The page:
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Microsoft’s (s MSFT) Silverlight client may have finally reached critical mass, with installation on more than 60 percent of all Internet devices, according to one Microsoft exec. Brad Becker, director of product management for rich client platforms at Microsoft, told us in a phone interview that the rich Internet application plugin has seen strong momentum recently, with the percentage of Internet devices the Silverlight client has been installed on increasing by a third — to 60 percent from 45 percent — in just the last four months.
The news that Silverlight has finally surpassed the 50 percent-mark comes on the heels of Microsoft’s touting of new features added to the framework at its MIX10 developer’s conference last week. With the release of Silverlight 4, Microsoft is taking a big step toward extending the Silverlight client beyond the desktop and onto mobile devices, where it will be the de facto application platform for Windows Phone 7 smartphones. Add to that out-of-browser support on the desktop, and Microsoft has made it easy for businesses to develop apps that can transfer data from the PC to mobile devices without having to build out multiple applications.
To extend its usefulness to the mobile world, Microsoft has added a host of new features to Silverlight, including multitouch support, as well as support for accelerometers, the GPS-based Microsoft location service and push notifications. The application framework also has audio and video capture for built-in mics and cameras, which should allow mobile developers to create VoIP and live streaming video apps that will compete with similar offerings already available on Apple (s AAPL) iPhone, Google Android (s GOOG) and BlackBerry (s RIMM) mobile phones.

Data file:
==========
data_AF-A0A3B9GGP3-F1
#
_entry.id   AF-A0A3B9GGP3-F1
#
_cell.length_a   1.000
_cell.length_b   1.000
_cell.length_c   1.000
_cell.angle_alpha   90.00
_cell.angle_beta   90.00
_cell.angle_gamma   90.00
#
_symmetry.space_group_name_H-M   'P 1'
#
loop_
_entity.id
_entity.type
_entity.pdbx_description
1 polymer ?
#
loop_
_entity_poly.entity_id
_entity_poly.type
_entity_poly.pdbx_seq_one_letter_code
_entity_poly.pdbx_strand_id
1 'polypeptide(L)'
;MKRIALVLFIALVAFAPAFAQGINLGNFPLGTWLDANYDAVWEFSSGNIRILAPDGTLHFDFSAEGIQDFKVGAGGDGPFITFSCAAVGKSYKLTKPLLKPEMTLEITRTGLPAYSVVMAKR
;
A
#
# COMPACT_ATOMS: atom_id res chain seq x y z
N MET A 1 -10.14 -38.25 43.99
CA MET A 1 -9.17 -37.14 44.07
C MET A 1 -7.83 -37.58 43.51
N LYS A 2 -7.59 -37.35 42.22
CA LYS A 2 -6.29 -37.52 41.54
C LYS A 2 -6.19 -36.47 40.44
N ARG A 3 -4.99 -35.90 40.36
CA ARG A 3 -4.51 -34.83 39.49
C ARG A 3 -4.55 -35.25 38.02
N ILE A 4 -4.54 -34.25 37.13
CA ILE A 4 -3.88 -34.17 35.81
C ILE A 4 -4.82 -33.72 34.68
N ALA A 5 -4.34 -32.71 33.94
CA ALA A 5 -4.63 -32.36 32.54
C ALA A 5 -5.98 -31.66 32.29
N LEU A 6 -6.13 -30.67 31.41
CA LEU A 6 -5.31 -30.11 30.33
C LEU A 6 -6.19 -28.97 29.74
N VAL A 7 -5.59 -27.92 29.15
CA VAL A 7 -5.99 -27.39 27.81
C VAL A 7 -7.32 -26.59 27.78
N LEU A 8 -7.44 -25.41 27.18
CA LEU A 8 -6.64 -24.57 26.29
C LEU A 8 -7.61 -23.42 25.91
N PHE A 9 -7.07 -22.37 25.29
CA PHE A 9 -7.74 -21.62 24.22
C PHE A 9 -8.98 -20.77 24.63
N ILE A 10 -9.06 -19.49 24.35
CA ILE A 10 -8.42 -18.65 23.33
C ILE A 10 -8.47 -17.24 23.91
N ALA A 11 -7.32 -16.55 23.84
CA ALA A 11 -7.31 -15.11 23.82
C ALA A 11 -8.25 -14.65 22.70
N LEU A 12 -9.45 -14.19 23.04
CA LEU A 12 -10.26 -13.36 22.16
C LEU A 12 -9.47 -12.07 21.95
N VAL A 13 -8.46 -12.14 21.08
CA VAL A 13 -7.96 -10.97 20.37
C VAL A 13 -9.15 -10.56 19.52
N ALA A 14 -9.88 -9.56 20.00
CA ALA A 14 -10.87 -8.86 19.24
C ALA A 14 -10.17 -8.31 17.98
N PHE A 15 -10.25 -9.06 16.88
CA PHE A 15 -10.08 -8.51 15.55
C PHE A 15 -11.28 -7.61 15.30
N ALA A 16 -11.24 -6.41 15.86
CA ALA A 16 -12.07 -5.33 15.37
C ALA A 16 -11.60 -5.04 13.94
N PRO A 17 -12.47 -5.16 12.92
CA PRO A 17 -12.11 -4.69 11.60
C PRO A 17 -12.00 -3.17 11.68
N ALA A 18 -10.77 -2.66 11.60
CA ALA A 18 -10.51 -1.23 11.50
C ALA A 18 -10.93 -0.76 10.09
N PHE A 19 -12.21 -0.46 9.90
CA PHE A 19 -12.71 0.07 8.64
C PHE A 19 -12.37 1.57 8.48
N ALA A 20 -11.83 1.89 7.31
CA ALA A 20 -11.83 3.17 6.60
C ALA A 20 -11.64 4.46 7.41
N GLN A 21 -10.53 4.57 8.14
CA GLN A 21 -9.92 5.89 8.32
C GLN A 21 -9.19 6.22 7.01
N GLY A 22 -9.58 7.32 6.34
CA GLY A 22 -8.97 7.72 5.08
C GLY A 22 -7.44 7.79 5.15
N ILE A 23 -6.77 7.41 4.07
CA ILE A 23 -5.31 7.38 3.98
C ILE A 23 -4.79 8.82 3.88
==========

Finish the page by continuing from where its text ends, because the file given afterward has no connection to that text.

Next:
While most of the big video upgrades to the framework came in the Silverlight 3 release, it has also received some updates on the media side as well. As such, Silverlight 4 supports hardware accelerated video with multi-codec DRM and smooth streaming support. The new version will also support vector and bitmap graphics with perspective 3-D.
In terms of adoption, Silverlight still heavily lags Adobe (s ADBE) Flash, which claims to be installed on 98 percent of all Internet-connected PCs. But Becker says that Silverlight has finally reached critical mass — that it’s no longer a question of if the platform will catch on and receive mass adoption among consumers, but when.
Microsoft has always professed that, with a half-million Silverlight developers and 6 million .NET developers in the world, it was only a matter of time before their skills would be used for Silverlight applications. Now, with an install base on more than 60 percent of Internet devices, media companies and enterprises building web apps might finally be more comfortable that at least a solid majority of users will be able to access services built on Silverlight.
Silverlight has been used by a number of media companies for their video projects, including Major League Soccer, eBay (s EBAY), Netflix (s NFLX), the Associated Press, the BBC and NBCOlympics.com (s GE). Microsoft is also putting more support behind Silverlight on its own sites and web applications, including Microsoft Office 2010 and Microsoft SharePoint Server 2010, the Bing toolbar, Bing Visual Search and Bing Maps, Bing Videos (formerly MSN Videos), Windows Live, and the Xbox and Zune web sites.
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